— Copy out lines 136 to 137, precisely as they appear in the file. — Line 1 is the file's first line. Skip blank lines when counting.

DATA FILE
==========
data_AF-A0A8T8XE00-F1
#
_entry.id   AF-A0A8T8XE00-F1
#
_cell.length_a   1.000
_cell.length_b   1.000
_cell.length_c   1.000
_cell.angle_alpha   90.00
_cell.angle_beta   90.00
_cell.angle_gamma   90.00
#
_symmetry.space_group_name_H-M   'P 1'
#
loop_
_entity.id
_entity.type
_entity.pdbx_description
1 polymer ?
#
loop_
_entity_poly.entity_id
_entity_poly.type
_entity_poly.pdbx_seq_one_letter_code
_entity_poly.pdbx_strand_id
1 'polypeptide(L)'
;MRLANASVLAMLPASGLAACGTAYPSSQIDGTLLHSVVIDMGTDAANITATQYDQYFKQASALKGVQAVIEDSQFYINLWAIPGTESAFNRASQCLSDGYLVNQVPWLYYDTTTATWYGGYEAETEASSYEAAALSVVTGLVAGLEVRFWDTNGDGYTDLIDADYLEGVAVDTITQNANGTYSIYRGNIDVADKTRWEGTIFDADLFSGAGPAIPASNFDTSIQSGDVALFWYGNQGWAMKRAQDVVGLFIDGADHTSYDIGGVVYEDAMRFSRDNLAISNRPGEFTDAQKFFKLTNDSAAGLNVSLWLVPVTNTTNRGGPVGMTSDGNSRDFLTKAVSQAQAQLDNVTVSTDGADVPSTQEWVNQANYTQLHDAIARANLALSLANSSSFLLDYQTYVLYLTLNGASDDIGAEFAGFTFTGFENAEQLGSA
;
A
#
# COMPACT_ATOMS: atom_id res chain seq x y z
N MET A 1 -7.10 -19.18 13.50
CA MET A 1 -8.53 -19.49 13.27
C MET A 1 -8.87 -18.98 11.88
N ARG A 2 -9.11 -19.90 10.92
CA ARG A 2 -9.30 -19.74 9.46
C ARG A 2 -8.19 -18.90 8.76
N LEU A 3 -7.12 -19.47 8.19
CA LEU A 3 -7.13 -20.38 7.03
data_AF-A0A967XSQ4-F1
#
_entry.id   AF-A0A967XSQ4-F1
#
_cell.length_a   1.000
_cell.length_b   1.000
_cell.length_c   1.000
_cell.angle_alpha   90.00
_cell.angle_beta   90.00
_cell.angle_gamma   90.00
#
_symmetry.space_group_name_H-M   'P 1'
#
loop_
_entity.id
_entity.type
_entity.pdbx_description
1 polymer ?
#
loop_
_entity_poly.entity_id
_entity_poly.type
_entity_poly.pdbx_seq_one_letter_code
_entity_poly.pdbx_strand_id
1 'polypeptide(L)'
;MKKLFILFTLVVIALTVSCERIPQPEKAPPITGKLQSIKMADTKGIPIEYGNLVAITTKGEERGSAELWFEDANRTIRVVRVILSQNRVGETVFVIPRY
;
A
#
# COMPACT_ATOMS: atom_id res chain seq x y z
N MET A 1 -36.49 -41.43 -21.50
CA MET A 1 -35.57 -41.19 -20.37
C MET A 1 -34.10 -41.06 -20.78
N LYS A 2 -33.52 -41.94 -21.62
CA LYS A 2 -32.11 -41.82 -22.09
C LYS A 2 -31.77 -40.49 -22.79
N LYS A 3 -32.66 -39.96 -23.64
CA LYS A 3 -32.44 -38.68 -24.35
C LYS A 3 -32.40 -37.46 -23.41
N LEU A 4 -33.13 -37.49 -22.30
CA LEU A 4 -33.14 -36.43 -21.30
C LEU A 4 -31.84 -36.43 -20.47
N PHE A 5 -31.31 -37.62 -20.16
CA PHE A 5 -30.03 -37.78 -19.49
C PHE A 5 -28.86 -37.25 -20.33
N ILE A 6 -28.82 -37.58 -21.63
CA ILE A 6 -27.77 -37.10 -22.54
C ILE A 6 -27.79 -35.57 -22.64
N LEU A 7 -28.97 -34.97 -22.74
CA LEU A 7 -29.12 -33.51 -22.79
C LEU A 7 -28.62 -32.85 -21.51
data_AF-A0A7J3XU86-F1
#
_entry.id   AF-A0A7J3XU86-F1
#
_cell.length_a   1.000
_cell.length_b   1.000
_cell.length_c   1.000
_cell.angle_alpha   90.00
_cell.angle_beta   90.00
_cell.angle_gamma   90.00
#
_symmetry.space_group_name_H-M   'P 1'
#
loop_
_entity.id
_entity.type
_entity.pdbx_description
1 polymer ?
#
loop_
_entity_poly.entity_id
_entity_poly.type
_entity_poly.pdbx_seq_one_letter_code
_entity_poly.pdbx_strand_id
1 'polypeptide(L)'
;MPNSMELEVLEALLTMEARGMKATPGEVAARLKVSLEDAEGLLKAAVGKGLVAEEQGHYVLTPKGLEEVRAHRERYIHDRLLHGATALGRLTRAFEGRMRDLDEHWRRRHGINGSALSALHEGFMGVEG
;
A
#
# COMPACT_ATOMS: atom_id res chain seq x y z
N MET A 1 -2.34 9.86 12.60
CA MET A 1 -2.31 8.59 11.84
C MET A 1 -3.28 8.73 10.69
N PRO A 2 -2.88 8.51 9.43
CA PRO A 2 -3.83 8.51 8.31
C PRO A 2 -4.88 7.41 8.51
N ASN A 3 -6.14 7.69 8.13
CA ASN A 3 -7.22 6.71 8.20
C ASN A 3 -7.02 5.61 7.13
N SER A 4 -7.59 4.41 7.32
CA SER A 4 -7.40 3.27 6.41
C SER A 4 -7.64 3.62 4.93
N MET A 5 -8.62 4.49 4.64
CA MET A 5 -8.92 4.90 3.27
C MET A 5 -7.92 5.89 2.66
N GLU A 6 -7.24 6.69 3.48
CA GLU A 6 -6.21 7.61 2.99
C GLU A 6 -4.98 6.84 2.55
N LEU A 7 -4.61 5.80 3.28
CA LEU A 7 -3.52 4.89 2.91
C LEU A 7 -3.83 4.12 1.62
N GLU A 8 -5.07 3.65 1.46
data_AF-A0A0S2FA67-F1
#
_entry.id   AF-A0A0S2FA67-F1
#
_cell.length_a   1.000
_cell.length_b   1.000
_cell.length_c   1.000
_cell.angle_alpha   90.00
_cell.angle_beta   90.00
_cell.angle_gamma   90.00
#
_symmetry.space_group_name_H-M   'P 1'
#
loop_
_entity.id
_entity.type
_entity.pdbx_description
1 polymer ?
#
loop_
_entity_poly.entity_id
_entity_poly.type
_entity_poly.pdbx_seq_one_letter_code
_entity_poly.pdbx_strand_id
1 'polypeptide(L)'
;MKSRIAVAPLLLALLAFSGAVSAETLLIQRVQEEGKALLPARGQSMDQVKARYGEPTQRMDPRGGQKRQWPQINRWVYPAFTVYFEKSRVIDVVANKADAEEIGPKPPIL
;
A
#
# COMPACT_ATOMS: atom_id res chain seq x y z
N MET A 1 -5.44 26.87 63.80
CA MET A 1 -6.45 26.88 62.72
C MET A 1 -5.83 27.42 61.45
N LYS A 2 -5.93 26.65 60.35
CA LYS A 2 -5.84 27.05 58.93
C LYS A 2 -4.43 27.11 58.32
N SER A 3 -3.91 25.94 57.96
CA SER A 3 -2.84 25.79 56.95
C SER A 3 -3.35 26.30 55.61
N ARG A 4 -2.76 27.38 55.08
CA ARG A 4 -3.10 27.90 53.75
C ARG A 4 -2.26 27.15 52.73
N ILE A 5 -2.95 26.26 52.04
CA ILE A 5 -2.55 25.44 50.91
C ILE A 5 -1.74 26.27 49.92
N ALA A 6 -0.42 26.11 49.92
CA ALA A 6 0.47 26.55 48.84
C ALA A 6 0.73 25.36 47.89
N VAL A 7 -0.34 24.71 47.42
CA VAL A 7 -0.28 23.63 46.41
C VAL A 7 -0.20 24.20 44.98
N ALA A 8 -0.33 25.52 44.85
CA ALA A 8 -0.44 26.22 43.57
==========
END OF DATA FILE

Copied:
CA GLU A 6 -6.21 7.61 2.99
C GLU A 6 -4.98 6.84 2.55